As a consultant for campaigns in Texas and across the country, I have conceded elections on live TV. Republicans have held press conferences to denounce my hiring, and their lawyers have second-guessed my decisions under oath in a deposition. But none of these trials has struck me quite as strangely as reading about myself getting fired by a campaign.
I have read the news of the firings of countless colleagues over the years, and whether my reaction was Schaedenfreude or sympathy, one thought was always there: Thank God that poor bastard wasn’t me. Then I was that poor bastard, and this time it made the papers, including The Texas Tribune.
Getting fired from a political campaign at this point in my career is unlike anything I’ve experienced before. Don’t get me wrong, I’ve been fired before. But when the manager at Gordy’s Pizza Parlor cut me from the schedule, it didn’t make the papers and didn’t teach me a thing about all the people I work with.
The most surprising thing about my firing from the Farouk Shami campaign making the newspapers is how many reporters have responded with sincere concern for my well-being and how many of my colleagues called wanting to know what really happened, a curious reversal of professional roles. “I’m not calling to write about anything,” said one reporter whom I’ve worked with for more than 10 years. “I just wanted to see how you were doing.” Still another, via text: “WTF?” Perhaps the understanding implied in their reactions should not surprise me. How many journalists have lost their jobs because of the capriciousness of the market, and who better to understand someone who lost his own job due to the capriciousness of a billionaire?
Reporters vastly outnumber the handful of fellow political consultants who have reached out to me, though I notice the few who did have enjoyed their own moments of ignominy in the papers. There are a million reasons that some of my friends and colleagues have not called, not least of which that they don’t have a “Jason Stanford” Google alert blowing up their iPhones. More likely, they have the good graces not to celebrate the fact that I am no longer helping a candidate they do not support. Or, like me in ungracious moments I hope never to repeat, they silently celebrate this tiny failure.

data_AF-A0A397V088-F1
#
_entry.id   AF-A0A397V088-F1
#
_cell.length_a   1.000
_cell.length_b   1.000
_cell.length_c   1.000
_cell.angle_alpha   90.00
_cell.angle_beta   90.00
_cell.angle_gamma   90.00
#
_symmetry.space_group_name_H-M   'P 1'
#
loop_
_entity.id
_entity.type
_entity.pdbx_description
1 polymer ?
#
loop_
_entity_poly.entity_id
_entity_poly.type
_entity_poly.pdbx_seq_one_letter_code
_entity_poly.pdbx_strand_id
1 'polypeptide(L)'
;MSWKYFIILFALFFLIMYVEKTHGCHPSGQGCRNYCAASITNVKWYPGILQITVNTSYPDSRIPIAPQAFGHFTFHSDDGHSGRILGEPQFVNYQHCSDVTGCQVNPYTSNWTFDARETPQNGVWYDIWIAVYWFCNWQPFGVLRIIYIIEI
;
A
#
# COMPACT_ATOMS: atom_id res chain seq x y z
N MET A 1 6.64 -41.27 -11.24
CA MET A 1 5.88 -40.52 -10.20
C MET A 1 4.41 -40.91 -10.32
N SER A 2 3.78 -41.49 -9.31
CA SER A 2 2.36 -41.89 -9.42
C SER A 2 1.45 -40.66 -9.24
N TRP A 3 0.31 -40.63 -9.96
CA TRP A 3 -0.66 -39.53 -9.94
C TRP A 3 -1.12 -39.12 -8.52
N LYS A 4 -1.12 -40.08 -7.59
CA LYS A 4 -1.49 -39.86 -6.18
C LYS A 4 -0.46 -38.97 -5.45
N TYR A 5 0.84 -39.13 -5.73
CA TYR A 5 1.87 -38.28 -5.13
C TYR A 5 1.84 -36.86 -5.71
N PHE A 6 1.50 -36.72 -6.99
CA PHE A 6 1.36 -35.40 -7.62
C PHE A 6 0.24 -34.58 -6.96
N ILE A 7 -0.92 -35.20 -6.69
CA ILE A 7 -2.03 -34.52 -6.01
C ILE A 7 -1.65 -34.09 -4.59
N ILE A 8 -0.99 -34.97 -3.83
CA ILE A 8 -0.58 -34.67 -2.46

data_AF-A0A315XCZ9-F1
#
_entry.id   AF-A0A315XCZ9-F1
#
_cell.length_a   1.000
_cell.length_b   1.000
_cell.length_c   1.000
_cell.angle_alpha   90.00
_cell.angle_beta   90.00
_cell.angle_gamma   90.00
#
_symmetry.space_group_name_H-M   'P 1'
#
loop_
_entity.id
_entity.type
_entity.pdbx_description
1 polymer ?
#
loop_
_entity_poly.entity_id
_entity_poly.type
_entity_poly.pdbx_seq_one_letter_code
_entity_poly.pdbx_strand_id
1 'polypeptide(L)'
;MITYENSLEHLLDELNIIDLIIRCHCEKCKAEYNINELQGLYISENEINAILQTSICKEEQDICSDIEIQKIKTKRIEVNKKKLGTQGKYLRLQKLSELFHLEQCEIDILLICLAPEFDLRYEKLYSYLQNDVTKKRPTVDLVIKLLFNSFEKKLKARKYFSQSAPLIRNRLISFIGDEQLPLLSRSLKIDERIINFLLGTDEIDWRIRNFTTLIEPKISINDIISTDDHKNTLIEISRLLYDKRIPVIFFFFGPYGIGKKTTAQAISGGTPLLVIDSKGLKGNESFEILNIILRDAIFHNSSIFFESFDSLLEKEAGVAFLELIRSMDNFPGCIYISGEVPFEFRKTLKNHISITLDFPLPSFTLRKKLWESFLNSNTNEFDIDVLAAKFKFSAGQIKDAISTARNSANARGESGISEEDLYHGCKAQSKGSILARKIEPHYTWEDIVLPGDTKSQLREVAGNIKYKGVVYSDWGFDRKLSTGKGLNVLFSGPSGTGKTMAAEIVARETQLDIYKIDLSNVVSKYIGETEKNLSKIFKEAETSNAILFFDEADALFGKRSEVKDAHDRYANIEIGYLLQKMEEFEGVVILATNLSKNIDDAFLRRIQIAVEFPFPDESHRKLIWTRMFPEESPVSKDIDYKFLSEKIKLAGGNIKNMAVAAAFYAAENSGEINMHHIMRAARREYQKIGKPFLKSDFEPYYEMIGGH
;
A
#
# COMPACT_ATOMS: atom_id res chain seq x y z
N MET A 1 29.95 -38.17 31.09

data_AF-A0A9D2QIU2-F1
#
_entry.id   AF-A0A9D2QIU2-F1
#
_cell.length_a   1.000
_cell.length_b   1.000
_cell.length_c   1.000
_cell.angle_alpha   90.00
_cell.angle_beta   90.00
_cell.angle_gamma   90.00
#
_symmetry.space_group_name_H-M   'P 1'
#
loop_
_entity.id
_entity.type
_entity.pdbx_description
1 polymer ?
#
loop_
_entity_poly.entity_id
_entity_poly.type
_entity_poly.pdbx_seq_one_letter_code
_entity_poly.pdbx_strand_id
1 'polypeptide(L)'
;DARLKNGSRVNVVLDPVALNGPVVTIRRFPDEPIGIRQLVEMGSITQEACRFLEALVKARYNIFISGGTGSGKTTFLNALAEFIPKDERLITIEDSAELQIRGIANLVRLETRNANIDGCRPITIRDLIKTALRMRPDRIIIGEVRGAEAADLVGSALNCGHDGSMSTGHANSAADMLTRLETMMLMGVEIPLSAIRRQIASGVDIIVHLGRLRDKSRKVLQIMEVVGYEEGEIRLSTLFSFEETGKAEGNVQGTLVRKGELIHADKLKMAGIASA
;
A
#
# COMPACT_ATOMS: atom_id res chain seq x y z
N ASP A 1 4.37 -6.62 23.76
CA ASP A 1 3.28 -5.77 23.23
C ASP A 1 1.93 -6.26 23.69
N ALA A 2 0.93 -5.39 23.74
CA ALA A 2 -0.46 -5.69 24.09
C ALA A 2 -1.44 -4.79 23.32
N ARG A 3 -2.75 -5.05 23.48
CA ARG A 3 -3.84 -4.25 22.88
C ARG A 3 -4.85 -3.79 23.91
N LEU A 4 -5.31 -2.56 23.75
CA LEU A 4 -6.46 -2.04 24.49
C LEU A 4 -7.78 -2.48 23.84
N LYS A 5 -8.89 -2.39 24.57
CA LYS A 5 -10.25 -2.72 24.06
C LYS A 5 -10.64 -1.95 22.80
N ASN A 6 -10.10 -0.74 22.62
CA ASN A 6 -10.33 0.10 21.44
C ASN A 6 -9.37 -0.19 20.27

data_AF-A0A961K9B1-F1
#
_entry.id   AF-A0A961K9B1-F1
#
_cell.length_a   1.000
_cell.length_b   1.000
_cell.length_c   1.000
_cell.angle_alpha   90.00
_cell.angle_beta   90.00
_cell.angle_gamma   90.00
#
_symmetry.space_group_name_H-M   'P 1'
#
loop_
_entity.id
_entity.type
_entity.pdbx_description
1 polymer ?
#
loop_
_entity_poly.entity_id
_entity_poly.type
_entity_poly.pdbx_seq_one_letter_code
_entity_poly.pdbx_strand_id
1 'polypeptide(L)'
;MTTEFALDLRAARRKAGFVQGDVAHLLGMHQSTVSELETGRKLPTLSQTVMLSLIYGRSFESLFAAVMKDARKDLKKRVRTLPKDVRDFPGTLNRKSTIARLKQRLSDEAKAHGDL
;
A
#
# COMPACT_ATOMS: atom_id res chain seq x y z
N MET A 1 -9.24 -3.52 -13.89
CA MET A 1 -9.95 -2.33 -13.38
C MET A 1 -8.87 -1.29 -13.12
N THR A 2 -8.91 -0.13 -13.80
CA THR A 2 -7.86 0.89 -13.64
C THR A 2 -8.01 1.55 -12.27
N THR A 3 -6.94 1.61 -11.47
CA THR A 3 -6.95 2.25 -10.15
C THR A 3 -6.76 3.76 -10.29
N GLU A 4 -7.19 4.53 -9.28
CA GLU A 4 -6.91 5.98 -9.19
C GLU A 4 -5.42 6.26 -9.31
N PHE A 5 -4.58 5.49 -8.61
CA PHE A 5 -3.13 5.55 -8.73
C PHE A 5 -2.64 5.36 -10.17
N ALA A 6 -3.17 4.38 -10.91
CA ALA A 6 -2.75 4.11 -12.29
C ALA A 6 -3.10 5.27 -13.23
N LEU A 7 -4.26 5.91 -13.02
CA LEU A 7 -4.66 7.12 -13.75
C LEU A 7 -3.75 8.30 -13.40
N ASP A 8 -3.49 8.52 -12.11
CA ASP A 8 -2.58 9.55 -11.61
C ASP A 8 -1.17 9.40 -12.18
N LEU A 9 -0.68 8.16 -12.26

To be sure, having your firing reported in the news is a swift kick in the ego. To get fired by a flailing campaign is at worst inglorious rebuke, and at best like getting fired by a bottom-dwelling football team. It might not have been Mark Mangino’s fault that the Kansas Jayhawks went 1-7 in the Big 12 North, but it sure wasn’t in spite of him.
By now I realize that most of the people paying attention to the banal news of my firing know enough of campaigns — and this one in particular — to understand that getting the axe after about three weeks is like getting the blame for a fender-bender when you’re in the passenger seat. In my case, having been on the job for only three weeks, no one has voiced any concerns that I committed the campaign equivalent of vehicular homicide, at least not to my face.
I was not the only one to get the axe, but I might have been the only one to feel so relieved. Losing a good-paying gig with a statewide campaign came as a painful shock to those who traveled halfway across the continent to help get the campaign on track. For those who left babies in the care of others and spouses on the East Coast to lead this endeavor, a severance check did not salve the insult. Those bruises, however undeserved, are real and will take some time to heal.
Getting fired from a political campaign bears a similarity to losing re-election. For an incumbent, an election loss is exactly like getting fired, and by millions of Texans. And if my initial feelings after getting fired were bitterness and humiliation, my thoughts are now with those who I have had to fire over the years and what they must remember of it. But as Ann Richards once goofed, her arms outstretched like some Dairy Queen Evita, “Don’t cry for me, Waxahachie.” I really do wish the guy all the luck in the world, not least because he’ll need it.
Jason Stanford owns Stanford Research, an Austin-based Democratic consulting and opposition research firm.
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